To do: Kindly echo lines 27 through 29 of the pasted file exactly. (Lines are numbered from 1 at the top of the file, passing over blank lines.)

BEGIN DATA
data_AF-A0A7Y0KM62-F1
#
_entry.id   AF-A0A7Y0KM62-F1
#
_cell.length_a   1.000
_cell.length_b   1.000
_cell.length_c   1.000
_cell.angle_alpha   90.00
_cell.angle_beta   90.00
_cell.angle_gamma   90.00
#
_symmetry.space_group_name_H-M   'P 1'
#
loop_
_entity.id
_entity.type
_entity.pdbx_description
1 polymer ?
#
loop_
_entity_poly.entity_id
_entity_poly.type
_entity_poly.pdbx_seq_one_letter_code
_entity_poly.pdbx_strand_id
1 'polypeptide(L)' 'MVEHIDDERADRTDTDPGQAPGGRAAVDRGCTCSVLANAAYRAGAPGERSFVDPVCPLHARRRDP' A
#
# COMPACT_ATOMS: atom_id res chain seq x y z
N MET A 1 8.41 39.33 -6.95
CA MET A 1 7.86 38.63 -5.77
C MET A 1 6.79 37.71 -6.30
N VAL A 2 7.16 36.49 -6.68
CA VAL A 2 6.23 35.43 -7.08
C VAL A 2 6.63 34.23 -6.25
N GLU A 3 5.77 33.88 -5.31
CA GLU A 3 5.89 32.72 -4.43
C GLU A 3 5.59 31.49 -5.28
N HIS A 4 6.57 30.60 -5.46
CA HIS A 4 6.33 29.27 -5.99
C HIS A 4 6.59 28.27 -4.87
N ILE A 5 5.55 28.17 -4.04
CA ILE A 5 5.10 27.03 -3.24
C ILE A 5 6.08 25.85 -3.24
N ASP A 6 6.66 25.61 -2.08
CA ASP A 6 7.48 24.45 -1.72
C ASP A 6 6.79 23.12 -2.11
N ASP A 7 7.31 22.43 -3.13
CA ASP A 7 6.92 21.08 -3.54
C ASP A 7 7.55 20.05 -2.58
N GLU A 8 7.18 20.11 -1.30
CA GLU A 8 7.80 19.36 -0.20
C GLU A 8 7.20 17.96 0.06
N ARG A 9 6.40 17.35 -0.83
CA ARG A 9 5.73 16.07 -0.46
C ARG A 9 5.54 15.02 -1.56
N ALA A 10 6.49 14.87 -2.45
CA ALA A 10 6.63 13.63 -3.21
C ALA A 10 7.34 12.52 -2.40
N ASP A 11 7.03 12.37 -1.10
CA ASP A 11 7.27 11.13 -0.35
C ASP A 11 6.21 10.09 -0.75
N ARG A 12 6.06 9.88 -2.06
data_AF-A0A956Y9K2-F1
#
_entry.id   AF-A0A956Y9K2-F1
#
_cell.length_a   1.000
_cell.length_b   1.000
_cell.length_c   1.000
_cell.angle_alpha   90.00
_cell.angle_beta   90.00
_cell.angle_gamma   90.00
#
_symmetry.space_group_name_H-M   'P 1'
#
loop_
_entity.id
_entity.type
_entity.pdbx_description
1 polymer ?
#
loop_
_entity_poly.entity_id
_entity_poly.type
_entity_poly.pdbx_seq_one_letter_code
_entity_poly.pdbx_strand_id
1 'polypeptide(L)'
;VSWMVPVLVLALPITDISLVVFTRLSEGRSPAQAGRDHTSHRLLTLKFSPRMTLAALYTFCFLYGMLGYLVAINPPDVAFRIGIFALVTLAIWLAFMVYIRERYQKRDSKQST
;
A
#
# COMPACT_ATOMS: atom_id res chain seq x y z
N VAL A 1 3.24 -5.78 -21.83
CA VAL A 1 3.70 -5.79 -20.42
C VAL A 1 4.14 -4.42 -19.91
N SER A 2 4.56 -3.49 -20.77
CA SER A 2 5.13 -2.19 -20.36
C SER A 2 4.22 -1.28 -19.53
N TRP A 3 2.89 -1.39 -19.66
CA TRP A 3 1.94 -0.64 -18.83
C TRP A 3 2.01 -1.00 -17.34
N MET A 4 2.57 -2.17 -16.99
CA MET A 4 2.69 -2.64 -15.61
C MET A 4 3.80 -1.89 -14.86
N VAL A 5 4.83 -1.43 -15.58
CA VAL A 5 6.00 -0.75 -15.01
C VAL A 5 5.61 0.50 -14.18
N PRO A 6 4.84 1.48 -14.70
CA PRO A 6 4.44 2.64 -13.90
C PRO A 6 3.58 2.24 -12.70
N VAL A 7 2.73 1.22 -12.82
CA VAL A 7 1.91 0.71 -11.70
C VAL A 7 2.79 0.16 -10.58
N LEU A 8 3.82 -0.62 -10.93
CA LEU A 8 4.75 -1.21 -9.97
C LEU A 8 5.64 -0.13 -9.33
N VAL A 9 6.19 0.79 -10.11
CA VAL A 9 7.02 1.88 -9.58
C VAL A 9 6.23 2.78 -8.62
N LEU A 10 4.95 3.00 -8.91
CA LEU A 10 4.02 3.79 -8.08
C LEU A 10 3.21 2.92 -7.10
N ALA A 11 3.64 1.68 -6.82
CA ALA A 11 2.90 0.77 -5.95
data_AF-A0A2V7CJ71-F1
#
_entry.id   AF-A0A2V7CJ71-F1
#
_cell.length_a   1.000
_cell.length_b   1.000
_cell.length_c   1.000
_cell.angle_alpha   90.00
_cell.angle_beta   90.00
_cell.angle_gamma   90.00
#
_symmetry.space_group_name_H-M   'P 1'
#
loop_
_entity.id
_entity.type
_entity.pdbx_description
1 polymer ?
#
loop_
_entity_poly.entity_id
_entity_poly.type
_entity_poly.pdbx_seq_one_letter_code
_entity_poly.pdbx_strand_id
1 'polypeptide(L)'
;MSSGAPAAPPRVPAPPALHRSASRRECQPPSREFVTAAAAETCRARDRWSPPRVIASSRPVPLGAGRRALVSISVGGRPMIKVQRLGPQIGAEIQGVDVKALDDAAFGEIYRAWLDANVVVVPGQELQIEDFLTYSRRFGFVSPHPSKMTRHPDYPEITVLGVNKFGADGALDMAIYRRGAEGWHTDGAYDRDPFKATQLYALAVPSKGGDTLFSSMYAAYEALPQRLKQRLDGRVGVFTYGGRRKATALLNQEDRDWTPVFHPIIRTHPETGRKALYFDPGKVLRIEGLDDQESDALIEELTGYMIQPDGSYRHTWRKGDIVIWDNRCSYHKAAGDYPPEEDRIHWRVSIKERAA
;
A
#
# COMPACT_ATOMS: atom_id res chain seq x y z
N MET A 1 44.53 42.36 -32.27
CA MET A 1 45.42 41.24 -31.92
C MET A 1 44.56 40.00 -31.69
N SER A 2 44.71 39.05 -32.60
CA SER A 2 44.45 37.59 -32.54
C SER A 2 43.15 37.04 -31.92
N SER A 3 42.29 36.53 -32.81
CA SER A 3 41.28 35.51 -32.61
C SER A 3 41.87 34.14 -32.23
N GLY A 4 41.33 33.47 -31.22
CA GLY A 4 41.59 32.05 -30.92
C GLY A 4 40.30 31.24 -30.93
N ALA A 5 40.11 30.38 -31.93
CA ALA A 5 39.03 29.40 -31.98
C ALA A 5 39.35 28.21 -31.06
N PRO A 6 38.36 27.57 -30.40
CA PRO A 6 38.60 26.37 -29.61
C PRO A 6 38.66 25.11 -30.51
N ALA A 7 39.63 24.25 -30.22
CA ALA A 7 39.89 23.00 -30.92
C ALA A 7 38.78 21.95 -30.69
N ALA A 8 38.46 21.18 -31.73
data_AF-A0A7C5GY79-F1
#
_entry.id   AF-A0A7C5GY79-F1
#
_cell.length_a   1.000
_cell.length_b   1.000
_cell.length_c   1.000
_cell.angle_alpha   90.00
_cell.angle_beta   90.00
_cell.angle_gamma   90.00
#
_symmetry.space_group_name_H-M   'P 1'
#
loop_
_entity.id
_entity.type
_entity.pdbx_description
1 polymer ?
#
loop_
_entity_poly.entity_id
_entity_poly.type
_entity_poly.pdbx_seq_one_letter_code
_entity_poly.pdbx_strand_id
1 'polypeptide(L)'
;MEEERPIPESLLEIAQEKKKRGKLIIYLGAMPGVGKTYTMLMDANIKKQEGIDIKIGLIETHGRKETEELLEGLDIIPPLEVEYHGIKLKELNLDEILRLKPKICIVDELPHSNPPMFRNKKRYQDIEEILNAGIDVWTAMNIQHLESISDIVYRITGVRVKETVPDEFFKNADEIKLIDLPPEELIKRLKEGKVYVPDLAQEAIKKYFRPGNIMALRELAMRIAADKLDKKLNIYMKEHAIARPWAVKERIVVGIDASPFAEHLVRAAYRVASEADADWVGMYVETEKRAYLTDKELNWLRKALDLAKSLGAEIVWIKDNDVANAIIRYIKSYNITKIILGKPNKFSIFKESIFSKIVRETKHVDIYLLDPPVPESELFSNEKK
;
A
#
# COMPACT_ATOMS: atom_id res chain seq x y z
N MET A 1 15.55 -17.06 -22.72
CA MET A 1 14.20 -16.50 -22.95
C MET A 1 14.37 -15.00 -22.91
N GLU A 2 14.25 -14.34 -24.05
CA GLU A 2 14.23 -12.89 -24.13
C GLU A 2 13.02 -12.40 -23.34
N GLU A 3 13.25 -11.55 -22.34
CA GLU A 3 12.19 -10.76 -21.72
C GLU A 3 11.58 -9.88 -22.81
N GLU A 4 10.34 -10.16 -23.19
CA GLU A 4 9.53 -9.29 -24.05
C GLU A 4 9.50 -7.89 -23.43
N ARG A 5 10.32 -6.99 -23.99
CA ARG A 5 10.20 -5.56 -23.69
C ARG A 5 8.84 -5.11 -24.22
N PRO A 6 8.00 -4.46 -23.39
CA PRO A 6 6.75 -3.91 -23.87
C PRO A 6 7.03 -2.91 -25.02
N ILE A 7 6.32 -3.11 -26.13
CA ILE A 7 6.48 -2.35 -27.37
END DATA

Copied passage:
# COMPACT_ATOMS: atom_id res chain seq x y z
N MET A 1 8.41 39.33 -6.95
CA MET A 1 7.86 38.63 -5.77